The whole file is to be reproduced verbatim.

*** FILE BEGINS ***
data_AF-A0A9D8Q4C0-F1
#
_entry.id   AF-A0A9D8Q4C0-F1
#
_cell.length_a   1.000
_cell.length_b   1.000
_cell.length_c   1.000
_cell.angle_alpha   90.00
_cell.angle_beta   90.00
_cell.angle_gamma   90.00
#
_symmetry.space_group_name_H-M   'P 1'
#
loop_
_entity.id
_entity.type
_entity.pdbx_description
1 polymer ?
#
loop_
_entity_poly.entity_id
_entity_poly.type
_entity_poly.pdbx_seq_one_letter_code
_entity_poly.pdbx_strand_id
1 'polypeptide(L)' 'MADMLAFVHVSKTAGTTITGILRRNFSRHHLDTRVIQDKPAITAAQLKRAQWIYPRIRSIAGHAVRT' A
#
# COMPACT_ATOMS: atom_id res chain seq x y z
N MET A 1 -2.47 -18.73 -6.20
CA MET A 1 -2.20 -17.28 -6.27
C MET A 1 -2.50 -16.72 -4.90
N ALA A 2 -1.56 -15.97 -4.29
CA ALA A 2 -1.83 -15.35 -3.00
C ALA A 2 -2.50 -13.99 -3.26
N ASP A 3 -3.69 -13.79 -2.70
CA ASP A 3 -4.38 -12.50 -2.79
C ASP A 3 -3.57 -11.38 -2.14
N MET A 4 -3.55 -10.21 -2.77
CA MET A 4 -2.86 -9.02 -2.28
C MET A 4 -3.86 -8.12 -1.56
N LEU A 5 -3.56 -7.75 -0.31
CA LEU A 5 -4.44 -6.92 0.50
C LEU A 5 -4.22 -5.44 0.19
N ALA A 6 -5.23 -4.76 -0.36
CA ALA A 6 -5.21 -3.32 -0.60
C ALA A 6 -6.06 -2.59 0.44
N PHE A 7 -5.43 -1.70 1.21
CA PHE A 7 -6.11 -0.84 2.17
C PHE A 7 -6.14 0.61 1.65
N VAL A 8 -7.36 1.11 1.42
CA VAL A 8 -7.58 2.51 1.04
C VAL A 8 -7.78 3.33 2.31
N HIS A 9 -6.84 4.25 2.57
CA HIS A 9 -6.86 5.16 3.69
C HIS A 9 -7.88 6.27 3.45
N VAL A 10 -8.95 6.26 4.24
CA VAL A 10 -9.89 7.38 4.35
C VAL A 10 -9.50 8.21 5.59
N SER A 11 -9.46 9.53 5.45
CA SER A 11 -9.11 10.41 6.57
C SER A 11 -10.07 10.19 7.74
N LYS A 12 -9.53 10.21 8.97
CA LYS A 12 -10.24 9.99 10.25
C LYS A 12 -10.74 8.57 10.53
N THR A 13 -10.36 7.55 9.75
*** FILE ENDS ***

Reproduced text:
data_AF-A0A9D8Q4C0-F1
#
_entry.id   AF-A0A9D8Q4C0-F1
#
_cell.length_a   1.000
_cell.length_b   1.000
_cell.length_c   1.000
_cell.angle_alpha   90.00
_cell.angle_beta   90.00
_cell.angle_gamma   90.00
#
_symmetry.space_group_name_H-M   'P 1'
#
loop_
_entity.id
_entity.type
_entity.pdbx_description
1 polymer ?
#
loop_
_entity_poly.entity_id
_entity_poly.type
_entity_poly.pdbx_seq_one_letter_code
_entity_poly.pdbx_strand_id
1 'polypeptide(L)' 'MADMLAFVHVSKTAGTTITGILRRNFSRHHLDTRVIQDKPAITAAQLKRAQWIYPRIRSIAGHAVRT' A
#
# COMPACT_ATOMS: atom_id res chain seq x y z
N MET A 1 -2.47 -18.73 -6.20
CA MET A 1 -2.20 -17.28 -6.27
C MET A 1 -2.50 -16.72 -4.90
N ALA A 2 -1.56 -15.97 -4.29
CA ALA A 2 -1.83 -15.35 -3.00
C ALA A 2 -2.50 -13.99 -3.26
N ASP A 3 -3.69 -13.79 -2.70
CA ASP A 3 -4.38 -12.50 -2.79
C ASP A 3 -3.57 -11.38 -2.14
N MET A 4 -3.55 -10.21 -2.77
CA MET A 4 -2.86 -9.02 -2.28
C MET A 4 -3.86 -8.12 -1.56
N LEU A 5 -3.56 -7.75 -0.31
CA LEU A 5 -4.44 -6.92 0.50
C LEU A 5 -4.22 -5.44 0.19
N ALA A 6 -5.23 -4.76 -0.36
CA ALA A 6 -5.21 -3.32 -0.60
C ALA A 6 -6.06 -2.59 0.44
N PHE A 7 -5.43 -1.70 1.21
CA PHE A 7 -6.11 -0.84 2.17
C PHE A 7 -6.14 0.61 1.65
N VAL A 8 -7.36 1.11 1.42
CA VAL A 8 -7.58 2.51 1.04
C VAL A 8 -7.78 3.33 2.31
N HIS A 9 -6.84 4.25 2.57
CA HIS A 9 -6.86 5.16 3.69
C HIS A 9 -7.88 6.27 3.45
N VAL A 10 -8.95 6.26 4.24
CA VAL A 10 -9.89 7.38 4.35
C VAL A 10 -9.50 8.21 5.59
N SER A 11 -9.46 9.53 5.45
CA SER A 11 -9.11 10.41 6.57
C SER A 11 -10.07 10.19 7.74
N LYS A 12 -9.53 10.21 8.97
CA LYS A 12 -10.24 9.99 10.25
C LYS A 12 -10.74 8.57 10.53
N THR A 13 -10.36 7.55 9.75